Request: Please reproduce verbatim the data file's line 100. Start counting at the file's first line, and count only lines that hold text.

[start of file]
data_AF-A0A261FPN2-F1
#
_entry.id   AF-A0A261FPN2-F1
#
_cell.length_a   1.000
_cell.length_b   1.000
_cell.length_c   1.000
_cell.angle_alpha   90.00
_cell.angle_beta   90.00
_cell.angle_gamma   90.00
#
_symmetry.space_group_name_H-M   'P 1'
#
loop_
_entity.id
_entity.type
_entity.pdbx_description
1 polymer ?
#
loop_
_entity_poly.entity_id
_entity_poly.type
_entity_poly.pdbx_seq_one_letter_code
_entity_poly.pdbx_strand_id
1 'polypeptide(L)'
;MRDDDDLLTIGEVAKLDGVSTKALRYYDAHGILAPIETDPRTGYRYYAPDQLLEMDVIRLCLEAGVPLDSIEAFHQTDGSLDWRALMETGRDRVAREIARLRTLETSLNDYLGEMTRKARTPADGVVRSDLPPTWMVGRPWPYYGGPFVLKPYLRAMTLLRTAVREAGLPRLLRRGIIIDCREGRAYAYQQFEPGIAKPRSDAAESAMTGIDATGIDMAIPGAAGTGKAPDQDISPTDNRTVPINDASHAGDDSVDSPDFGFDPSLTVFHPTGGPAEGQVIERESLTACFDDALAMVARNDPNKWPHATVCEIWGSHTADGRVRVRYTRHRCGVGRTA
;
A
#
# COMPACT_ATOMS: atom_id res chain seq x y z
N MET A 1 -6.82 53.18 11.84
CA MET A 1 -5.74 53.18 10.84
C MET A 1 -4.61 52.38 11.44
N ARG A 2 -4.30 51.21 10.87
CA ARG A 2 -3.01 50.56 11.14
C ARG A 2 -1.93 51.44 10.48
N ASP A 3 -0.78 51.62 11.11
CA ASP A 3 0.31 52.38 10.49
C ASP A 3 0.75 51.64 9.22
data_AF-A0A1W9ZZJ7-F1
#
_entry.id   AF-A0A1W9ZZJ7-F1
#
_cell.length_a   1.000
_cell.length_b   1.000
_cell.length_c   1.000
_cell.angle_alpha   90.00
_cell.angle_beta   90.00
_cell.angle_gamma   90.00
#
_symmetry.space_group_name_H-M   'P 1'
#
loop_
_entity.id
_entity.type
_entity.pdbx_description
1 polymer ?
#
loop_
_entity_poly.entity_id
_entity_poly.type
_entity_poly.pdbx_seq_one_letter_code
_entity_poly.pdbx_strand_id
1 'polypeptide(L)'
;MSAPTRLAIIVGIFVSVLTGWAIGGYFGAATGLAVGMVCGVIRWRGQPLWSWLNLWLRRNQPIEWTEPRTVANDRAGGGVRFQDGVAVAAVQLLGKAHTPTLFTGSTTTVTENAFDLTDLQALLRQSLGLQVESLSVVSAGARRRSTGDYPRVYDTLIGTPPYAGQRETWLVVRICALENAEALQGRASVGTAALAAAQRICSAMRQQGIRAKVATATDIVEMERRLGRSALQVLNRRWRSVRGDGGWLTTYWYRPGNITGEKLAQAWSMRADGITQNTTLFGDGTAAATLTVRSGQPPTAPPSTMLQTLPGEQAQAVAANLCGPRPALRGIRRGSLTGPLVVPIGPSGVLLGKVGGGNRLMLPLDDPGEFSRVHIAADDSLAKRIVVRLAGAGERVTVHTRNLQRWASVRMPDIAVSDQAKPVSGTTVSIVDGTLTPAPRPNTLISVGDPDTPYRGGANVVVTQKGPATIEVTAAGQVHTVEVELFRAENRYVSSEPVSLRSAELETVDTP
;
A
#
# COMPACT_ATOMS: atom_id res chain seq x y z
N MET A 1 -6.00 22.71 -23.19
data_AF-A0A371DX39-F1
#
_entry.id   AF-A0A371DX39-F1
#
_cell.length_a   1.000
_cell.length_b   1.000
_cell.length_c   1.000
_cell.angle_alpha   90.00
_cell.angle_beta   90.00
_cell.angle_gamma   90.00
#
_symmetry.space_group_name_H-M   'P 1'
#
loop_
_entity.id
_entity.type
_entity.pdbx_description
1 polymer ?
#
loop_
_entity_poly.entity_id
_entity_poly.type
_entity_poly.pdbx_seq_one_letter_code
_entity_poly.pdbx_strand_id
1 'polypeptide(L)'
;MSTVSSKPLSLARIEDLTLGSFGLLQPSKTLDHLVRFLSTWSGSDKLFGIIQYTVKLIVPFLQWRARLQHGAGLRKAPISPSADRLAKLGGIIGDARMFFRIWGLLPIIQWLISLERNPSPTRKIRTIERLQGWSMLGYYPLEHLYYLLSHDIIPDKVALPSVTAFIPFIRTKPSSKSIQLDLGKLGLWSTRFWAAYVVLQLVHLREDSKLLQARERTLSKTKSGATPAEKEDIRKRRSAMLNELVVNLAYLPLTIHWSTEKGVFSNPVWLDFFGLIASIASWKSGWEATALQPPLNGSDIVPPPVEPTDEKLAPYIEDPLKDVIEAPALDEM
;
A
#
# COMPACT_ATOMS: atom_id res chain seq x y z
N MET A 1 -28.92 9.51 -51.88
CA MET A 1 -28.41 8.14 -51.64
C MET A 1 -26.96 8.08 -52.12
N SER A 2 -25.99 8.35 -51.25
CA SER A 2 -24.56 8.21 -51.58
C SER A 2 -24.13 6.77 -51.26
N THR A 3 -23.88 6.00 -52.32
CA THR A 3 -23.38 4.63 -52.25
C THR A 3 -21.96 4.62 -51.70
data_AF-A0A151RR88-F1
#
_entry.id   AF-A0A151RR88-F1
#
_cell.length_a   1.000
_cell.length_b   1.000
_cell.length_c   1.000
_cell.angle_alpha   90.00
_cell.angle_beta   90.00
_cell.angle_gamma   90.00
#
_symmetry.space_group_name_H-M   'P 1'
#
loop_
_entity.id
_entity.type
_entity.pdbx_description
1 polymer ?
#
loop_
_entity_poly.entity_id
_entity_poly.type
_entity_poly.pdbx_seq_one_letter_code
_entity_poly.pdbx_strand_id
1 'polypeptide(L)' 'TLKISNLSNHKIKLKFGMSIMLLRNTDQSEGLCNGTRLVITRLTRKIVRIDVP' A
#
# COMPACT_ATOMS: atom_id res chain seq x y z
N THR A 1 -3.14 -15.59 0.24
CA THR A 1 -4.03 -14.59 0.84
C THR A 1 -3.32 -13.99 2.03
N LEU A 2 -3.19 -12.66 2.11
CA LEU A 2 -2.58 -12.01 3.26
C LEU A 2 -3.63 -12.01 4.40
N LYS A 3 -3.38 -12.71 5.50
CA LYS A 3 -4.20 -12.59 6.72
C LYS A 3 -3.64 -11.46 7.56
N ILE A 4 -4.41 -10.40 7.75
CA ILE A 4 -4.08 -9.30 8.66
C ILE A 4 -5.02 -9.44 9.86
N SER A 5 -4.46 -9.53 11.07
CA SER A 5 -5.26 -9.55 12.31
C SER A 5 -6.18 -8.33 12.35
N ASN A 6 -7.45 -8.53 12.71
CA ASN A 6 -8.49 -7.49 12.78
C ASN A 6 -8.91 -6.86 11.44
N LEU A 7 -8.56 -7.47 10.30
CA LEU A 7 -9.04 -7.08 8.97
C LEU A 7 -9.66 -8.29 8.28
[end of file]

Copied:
# COMPACT_ATOMS: atom_id res chain seq x y z